Tomorrow’s my official last day as a teacher. Sure, I might drop by the building purely out of habit throughout the summer, but tomorrow is the day I say goodbye to my classroom, which has been my safe haven, my hell, my entire life for about 730 days.
It’s strange. I don’t know what to say, besides the cliche: I have learned countless things about myself, my students’ amazingly complex lives, and the education system. What I have learned about the education system, I think I can safely say, is a pretty good insight into how the world works. And it really doesn’t work well.
I’ve been uplifted from the lowest lows, inspired, and loved. I’ve also been disrespected, trampled, and experienced more anger over these past 2 years than I have in my life. But how can I summarize this experience? This was the question I tried to answer at interviews last winter, and no doubt the question I will continue to answer during every icebreaker or orientation week that I experience in the future. I guess I’ll just say this: it’s been an adventure, one that I never imagined I would take and embarked upon rather haphazardly…and one that I would not trade for the world.
It’s also interesting to look back on how far I’ve come: that I thought in September of my first year that this was a classroom fight. That I will probably never stop having teacher dreams for the rest of my life, and am finally okay with it. That by September of my second year the up-and-down roller coaster of one day and the daily angry outbursts from student X no longer fazed me. That this is far from the craziest thing I have heard in the classroom. That I can now respond to minor misbehaviors in class in a way that gets the whole class laughing at the joker who opened his or her mouth in the first place. I only hope that in my future life I’ll have some place to exercise these strange skills that we teachers have learned to cultivate and master.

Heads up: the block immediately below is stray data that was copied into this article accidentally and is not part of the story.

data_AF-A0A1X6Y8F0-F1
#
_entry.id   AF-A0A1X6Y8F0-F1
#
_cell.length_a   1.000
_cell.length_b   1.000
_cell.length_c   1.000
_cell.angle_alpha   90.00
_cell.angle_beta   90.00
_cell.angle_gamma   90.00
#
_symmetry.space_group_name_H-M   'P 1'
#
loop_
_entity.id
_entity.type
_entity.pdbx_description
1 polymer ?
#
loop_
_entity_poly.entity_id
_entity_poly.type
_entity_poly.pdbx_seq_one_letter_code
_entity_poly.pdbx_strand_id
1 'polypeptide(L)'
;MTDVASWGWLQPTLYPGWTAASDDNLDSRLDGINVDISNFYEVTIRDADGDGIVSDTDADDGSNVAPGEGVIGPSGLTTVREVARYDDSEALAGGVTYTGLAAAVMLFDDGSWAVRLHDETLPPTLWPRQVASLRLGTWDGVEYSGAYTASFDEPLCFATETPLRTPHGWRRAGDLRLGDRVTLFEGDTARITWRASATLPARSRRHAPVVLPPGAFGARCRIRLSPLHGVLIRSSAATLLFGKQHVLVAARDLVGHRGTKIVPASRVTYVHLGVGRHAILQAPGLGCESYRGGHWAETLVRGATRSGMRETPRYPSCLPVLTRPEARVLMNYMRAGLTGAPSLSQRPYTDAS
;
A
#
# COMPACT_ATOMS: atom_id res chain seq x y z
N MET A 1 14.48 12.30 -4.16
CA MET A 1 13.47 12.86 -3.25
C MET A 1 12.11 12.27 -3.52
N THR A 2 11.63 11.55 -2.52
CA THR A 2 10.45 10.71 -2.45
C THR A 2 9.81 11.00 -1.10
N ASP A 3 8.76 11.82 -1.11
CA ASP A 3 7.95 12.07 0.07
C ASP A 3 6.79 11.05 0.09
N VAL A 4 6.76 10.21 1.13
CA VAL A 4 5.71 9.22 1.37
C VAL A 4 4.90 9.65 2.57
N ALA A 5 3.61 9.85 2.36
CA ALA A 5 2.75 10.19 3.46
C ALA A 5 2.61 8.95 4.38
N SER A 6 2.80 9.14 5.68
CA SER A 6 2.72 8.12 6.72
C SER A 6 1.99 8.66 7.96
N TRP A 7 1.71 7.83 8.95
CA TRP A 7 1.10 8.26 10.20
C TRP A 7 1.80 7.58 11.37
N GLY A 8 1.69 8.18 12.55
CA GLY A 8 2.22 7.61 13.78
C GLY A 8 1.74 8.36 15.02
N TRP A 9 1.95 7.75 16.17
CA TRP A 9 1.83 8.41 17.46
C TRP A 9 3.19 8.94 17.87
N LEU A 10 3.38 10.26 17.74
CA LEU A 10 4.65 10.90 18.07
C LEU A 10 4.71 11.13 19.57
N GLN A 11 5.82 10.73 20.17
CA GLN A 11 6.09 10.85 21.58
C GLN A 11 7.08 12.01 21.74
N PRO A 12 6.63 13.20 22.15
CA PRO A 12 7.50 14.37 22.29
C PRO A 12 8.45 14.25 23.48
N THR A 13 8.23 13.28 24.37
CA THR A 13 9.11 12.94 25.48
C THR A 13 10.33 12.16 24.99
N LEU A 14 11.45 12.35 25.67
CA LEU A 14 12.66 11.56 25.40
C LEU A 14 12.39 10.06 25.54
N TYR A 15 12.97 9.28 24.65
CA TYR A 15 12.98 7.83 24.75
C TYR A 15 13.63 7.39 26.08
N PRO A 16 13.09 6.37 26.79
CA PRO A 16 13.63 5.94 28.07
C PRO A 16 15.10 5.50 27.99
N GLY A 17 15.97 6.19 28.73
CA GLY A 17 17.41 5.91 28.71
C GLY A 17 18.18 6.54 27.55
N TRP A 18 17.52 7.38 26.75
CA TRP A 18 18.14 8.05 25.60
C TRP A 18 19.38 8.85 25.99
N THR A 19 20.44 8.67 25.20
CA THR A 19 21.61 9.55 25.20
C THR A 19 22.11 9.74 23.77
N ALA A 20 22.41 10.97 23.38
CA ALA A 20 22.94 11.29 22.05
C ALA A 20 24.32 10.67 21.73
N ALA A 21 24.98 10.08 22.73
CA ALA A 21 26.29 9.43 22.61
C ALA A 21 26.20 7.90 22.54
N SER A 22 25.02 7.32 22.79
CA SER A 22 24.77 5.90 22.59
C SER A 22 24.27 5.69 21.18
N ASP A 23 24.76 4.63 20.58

Most of all, I’m going to miss the familiar niche I’ve carved out for myself in this funny little city. The routine of waking up at 7, eating my morning cereal, being startled by the wind on my face as I bike down 14th St., greeting everyone at the front desk, checking my mailbox, trudging up the stairs to 203, running down my mental list of things I need to prep before the bell rings, hearing the low rumble of kids’ voices drifting from the stairwell, and finally that dreaded sound signaling the start to another hectic day responding to the requests of 30 little minds and bodies who all want something different….
Part of me is glad it’s over. But I’m going to miss it, a lot.